FDA completed safety review of our ARN-3261 IND in September 2018 to proceed with our proposed clinical investigation for recurrent ovarian cancer. The anticipated clinical Phase 1a/1b trial to begin in Q1, 2019.
ARN-3261, is a first-in-class, orally bioavailable small molecule inhibitor of the Salt Inducible Kinases 2 and 3 (SIK2, SIK3). Three isoforms of SIK family (SIKs) protein have been reported; SIK1 (SNF1LK), SIK2 (SNF1LK, QIK) and SIK3 (QSK) are Ser/Thr centrosome kinase family members required for bipolar mitotic spindle formation.
The fact that the SIK2 kinase is overexpressed in 30% of ovarian cancer specimens underlines the clinical importance of treating ovarian cancer by blocking SIK2 kinase activity. In addition to a role in ovarian cancer, SIK2 and SIK3 are prevalent in several other tumor types including; triple-negative breast cancer, prostate cancer, diffuse large B-cell lymphoma, melanoma and AML. Inhibition of SIK2 has been reported to cause SIK2-dependent centrosome splitting in interphase, while SIK2 depletion blocked centrosome separation in mitosis, and sensitized ovarian cancers to paclitaxel in culture and in vivo xenograft models. Depletion of SIK2 also delayed G1/S transition and reduced AKT phosphorylation. Higher levels of expression of SIK2 have been shown to be significantly correlated with poor survival in patients with high-grade serous ovarian cancers. Knockdown of SIK2 with siRNA has inhibited ovarian cancer cell growth, although this methodology faces the challenges of delivering siRNA to cancer cells in vivo, underlining the potential importance of a small molecule inhibitor.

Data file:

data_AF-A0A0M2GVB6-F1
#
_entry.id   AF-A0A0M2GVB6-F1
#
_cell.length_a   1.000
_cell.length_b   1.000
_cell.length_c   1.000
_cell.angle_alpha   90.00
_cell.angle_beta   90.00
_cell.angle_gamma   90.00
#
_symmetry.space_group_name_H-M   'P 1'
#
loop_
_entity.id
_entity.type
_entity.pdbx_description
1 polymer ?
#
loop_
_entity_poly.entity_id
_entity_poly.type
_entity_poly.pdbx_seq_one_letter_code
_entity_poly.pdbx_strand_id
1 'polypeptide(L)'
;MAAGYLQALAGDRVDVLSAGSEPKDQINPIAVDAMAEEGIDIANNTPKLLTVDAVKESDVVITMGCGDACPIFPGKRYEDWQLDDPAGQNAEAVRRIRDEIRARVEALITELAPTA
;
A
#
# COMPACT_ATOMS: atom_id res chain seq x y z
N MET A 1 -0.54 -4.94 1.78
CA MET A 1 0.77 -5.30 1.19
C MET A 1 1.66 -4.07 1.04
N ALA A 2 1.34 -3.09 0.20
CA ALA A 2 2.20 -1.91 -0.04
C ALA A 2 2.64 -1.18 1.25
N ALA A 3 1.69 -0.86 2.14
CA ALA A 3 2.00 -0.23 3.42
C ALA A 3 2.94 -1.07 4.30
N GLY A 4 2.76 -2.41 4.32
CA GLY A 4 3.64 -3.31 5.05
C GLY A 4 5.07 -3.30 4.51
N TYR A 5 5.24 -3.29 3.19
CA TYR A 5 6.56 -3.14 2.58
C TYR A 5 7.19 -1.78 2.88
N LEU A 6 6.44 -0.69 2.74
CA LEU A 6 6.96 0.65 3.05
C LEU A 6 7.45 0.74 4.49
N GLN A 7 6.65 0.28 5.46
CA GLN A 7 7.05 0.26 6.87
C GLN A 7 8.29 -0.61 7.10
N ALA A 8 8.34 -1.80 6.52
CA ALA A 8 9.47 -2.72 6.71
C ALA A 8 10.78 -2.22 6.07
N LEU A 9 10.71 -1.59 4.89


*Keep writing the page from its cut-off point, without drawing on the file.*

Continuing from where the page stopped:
ARN-3261 inhibited ovarian tumor growth significantly in ovarian cancer animal models non-clinically. Moreover, ARN-3261 has exhibited excellent in vivo pharmacokinetic, pharmacodynamics, and correlative PK/PD and ADME characteristics. Preliminary in vitro and in vivo tumor up-take studies suggest that ARN-3261 blocks centrosome separation by inhibiting SIK2, thereby enhancing the sensitivity of paclitaxel. In addition, the clinical agent ARN-3261 exhibited promising efficacy in vivo in a dose dependent manner at orally. ARN-3261 demonstrate its activity as a single agent for treatment of ovarian carcinoma and in combination with paclitaxel, platinum and approved PARP inhibitors.